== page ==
Poultry for the Consumer
The poultry industry has developed into the premier meat food product consumed in the United States. The reasons for this ascention to the top of popular food products (meat and eggs) list are many. They are nutritional, economical, versatile in preparation, and are available in many different food products suitable for the modern American lifestyle.
The same factors that make poultry products popular increase the need for food quality and safety information to the consumer. This site contains materials that answers many of the major questions posed by the information seeking consumer of poultry products.
Frequently Asked Questions
- Safe Food in a Hurry addresses the concerns and procedures to follow to produce safe food products.
- Feeding a Crowd? Do It Safely present simple rules you can use to avoid trouble and insure food safety when feeding large groups of people.
- A Quick Consumer Guide to Safe Food Handling tells you what to do at each step in food handling.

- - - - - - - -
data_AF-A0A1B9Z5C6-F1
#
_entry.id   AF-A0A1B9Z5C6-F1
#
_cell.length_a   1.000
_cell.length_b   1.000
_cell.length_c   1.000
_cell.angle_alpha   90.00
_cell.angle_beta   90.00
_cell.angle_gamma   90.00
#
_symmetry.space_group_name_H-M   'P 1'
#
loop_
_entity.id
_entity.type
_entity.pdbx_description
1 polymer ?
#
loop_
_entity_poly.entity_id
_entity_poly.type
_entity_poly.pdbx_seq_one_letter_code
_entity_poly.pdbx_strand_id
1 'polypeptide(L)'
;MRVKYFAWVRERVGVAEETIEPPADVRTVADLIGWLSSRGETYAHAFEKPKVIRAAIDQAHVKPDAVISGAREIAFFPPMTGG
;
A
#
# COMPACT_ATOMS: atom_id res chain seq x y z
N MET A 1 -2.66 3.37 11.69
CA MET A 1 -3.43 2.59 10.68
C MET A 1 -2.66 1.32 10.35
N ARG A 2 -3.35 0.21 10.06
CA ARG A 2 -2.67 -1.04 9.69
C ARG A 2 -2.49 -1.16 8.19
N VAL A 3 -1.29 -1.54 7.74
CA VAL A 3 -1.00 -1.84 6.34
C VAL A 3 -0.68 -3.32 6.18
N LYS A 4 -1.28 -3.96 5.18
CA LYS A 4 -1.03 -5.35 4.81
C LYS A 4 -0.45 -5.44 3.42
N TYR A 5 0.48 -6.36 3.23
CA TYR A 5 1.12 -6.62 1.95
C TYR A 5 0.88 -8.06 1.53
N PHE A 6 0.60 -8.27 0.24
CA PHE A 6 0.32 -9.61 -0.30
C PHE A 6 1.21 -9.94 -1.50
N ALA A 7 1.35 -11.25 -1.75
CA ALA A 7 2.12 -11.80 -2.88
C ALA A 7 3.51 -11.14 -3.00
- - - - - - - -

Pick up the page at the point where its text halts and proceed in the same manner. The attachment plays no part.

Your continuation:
STARKVILLE, Miss. -- Families willing to host a flock of feathered friends reap the benefits of fresh eggs delivered daily just outside the door.
What started several years ago as an underground "urban chicken" movement has become much more common and widely accepted. Today, raising backyard chickens has gained popularity nationwide, boosted by interest in locally grown foods that avoid the energy use and carbon emissions typically associated with transporting food.
STARKVILLE, Miss. -- The estimated $7.6 billion value of Mississippi agriculture increased by 1.8 percent in 2016, helping the industry retain its prominence in the state's overall economy.
STARKVILLE, Miss. -- Poultry remains Mississippi's top agricultural commodity with an estimated value of $2.9 billion, and it shows no signs of slowing down in 2017.
Forestry comes in a distant second with total farm-gate value of $1.4 billion, according to 2016 estimates.
Mississippi State University Extension Service economists just released their estimates for the state's agricultural commodity values in 2016. The top commodities remain poultry and forestry. Soybeans remain in the third spot, dropping 1.7 percent to just over $1 billion.
STARKVILLE, Miss. -- The same principle that cools down kids running through a lawn sprinkler on a hot summer day is being tested on chickens in Mississippi State University’s commercial poultry houses.
Tom Tabler, Extension poultry specialist with the MSU Extension Service, said keeping chickens cool in the summer is a life-or-death matter. Mississippi summer temperatures often exceed 90 degrees with humidity above 80 percent.